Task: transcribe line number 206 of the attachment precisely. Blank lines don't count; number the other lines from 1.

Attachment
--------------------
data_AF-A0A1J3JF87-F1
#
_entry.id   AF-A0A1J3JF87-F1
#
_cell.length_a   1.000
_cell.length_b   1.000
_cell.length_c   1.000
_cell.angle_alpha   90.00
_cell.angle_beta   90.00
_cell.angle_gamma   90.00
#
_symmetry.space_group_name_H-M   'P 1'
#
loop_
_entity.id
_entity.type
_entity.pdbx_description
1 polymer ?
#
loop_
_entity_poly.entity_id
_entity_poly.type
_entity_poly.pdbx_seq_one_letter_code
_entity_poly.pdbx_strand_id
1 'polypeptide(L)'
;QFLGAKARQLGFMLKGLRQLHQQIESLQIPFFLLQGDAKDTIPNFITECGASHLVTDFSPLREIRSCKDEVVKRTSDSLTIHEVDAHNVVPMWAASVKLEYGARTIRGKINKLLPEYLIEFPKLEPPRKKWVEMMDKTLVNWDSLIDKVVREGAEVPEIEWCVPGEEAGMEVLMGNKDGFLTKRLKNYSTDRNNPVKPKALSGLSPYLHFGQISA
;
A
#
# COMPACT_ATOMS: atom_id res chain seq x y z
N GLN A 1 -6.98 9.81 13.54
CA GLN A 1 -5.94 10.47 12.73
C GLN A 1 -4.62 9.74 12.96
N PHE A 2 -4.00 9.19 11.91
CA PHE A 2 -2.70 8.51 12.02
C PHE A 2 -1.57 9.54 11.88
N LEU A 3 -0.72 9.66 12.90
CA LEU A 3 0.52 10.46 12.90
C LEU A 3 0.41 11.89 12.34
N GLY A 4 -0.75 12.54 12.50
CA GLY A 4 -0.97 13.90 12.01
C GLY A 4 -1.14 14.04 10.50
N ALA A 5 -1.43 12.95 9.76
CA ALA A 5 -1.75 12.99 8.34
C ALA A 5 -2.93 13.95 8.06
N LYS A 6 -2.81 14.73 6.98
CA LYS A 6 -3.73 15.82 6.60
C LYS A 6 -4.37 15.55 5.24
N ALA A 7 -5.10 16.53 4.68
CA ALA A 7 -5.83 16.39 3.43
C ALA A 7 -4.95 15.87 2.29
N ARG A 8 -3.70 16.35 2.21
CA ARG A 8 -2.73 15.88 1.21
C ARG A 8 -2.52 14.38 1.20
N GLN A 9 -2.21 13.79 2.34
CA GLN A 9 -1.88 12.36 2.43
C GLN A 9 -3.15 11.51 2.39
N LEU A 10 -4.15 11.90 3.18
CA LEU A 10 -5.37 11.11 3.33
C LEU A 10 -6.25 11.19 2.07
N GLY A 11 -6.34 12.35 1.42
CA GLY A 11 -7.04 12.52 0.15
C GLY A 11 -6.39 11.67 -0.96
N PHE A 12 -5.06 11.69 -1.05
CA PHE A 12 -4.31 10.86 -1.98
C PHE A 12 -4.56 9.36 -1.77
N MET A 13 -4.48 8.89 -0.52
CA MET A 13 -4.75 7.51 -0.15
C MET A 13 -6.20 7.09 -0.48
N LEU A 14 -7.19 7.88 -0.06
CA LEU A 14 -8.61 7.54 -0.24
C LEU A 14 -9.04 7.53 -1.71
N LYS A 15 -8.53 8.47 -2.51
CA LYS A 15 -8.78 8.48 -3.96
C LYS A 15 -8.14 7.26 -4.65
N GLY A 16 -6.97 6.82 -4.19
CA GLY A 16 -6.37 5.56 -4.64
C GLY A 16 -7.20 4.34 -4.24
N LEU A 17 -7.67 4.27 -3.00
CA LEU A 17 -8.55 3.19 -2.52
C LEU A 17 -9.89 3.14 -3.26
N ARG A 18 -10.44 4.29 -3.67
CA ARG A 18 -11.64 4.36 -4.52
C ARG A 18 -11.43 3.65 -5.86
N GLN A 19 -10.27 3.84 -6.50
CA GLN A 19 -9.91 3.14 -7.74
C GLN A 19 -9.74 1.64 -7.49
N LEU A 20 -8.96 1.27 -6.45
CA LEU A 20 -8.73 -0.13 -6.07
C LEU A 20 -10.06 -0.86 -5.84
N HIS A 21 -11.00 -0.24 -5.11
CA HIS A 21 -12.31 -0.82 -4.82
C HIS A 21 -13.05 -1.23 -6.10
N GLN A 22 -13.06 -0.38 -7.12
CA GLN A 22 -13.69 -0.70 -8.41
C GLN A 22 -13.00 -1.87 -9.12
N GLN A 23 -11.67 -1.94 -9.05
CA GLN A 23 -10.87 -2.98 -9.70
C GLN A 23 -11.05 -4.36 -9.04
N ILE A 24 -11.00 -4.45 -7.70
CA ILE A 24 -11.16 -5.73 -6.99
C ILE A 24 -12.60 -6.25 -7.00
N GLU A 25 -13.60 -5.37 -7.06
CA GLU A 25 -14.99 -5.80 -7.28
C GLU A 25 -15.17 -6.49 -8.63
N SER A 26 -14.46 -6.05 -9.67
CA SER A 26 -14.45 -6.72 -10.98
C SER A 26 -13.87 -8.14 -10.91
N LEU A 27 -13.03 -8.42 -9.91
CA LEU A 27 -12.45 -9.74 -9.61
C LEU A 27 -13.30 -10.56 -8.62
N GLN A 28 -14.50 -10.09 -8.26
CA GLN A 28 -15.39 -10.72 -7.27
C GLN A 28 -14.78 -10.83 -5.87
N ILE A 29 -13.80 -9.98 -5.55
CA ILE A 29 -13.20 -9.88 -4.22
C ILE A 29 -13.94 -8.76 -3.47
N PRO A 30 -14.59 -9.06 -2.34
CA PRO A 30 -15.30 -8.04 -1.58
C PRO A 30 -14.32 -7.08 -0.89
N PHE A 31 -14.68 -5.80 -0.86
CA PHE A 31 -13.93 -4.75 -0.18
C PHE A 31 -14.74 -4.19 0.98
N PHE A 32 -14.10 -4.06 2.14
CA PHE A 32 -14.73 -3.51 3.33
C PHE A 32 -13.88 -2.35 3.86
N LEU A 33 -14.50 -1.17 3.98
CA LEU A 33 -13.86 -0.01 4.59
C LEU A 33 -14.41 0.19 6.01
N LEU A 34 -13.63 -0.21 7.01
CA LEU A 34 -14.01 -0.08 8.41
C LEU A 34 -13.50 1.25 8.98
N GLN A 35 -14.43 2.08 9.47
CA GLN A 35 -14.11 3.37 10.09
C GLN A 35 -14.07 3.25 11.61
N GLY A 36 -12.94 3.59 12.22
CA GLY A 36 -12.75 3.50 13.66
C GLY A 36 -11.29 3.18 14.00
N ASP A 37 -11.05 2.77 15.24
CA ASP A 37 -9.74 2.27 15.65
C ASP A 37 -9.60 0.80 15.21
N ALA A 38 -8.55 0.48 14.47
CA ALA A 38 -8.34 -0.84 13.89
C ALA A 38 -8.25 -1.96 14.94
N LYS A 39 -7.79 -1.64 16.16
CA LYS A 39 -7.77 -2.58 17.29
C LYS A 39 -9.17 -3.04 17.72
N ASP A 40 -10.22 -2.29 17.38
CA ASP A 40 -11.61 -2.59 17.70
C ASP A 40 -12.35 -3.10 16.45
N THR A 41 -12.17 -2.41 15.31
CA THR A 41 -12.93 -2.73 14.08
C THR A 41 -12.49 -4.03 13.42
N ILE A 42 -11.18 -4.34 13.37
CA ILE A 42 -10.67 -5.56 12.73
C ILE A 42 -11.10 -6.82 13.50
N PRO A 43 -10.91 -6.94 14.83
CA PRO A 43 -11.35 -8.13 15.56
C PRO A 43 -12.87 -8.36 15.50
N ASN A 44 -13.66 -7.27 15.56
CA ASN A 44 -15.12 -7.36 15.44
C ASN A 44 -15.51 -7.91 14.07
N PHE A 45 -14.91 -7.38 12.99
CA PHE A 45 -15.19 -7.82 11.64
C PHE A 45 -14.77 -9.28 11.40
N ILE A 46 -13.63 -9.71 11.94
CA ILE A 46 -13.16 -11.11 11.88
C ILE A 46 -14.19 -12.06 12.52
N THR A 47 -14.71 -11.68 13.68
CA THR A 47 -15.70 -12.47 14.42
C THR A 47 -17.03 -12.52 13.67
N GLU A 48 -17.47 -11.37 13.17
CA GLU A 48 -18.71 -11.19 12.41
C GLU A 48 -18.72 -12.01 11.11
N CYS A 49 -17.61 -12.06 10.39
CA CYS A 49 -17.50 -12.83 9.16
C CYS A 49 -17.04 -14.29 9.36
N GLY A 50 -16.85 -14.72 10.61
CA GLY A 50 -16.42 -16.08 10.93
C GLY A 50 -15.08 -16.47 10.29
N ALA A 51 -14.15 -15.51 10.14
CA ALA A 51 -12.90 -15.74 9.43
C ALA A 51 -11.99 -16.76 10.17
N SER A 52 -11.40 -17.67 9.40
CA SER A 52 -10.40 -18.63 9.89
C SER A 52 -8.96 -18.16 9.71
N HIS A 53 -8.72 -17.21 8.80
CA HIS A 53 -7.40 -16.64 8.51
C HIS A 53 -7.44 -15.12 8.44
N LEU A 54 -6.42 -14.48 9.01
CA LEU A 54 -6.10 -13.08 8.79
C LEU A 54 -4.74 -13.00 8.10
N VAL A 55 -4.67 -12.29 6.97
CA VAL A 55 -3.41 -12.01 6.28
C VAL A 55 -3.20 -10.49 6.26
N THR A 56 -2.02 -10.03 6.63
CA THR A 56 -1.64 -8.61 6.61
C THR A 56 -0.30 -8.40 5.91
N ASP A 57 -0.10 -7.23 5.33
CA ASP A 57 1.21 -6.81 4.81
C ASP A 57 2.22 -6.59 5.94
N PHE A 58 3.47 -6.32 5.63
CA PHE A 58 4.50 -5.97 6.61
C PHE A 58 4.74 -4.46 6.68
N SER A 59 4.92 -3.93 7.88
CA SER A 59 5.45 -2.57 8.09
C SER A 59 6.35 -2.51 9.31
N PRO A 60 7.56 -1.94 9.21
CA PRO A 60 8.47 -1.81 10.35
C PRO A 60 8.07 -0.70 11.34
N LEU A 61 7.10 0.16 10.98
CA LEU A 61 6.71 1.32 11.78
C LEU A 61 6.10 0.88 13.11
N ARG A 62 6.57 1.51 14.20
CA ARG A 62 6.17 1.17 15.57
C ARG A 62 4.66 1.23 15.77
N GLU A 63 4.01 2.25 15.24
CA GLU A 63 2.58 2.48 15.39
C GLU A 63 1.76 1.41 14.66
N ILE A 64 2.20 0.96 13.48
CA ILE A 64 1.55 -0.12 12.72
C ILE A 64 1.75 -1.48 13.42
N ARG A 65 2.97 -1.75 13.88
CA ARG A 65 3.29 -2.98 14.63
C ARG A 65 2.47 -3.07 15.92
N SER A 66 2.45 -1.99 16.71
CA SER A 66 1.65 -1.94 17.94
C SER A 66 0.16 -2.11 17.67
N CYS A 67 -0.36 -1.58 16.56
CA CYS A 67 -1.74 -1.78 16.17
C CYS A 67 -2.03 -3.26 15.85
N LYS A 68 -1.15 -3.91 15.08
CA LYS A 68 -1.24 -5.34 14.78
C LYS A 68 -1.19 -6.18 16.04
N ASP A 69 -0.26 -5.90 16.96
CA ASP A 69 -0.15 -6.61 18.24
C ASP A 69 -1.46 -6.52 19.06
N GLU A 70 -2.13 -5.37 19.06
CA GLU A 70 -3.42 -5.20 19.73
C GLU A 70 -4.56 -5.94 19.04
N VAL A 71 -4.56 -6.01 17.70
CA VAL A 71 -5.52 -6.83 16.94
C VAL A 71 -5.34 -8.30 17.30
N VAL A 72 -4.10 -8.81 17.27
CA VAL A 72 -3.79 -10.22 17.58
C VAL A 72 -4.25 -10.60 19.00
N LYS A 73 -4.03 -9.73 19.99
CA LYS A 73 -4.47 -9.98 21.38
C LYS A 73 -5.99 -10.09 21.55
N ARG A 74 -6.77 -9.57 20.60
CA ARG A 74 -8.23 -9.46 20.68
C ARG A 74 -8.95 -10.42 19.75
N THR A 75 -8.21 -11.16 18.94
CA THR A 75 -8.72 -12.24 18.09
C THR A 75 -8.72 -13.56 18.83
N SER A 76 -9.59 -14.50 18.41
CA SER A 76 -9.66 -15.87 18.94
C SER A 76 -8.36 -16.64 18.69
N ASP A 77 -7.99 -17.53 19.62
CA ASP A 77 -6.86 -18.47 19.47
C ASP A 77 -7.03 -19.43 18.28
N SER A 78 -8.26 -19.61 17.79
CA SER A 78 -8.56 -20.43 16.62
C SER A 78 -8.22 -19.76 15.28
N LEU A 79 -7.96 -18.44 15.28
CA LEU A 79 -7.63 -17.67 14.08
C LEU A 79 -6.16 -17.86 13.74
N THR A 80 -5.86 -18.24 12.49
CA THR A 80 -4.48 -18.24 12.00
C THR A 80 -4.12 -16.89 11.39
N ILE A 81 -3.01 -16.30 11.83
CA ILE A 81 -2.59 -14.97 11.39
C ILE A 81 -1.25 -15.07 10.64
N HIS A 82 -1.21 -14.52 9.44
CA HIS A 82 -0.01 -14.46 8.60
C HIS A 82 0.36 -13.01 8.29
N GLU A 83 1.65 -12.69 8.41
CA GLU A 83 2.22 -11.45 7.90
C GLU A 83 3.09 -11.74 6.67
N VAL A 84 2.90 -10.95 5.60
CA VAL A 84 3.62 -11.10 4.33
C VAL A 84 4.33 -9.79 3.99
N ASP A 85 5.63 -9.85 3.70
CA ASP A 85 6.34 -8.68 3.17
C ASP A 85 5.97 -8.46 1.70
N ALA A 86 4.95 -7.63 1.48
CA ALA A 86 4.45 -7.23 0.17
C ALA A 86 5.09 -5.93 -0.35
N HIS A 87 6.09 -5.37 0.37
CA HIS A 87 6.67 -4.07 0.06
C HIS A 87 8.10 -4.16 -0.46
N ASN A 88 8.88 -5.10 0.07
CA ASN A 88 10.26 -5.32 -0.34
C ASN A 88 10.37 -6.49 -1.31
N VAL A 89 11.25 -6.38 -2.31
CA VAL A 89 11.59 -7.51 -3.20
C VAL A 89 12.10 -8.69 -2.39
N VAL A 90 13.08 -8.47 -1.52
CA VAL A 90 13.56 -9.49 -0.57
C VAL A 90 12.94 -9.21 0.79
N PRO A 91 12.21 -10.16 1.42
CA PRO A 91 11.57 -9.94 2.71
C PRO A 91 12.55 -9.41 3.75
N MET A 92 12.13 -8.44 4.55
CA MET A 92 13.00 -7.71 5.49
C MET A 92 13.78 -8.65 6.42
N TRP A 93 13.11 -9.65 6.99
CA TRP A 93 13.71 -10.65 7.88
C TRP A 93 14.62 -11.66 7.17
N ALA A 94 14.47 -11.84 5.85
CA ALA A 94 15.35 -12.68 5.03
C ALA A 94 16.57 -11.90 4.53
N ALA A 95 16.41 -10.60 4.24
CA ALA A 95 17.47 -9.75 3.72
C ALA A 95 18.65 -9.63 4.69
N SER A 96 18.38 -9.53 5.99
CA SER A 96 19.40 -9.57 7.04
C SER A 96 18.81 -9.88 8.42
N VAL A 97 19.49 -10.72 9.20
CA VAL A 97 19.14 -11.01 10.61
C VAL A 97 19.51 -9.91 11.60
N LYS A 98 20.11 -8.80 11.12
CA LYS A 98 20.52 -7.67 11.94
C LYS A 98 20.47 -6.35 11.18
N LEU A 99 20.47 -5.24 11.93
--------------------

CA SER A 59 5.45 -2.57 8.09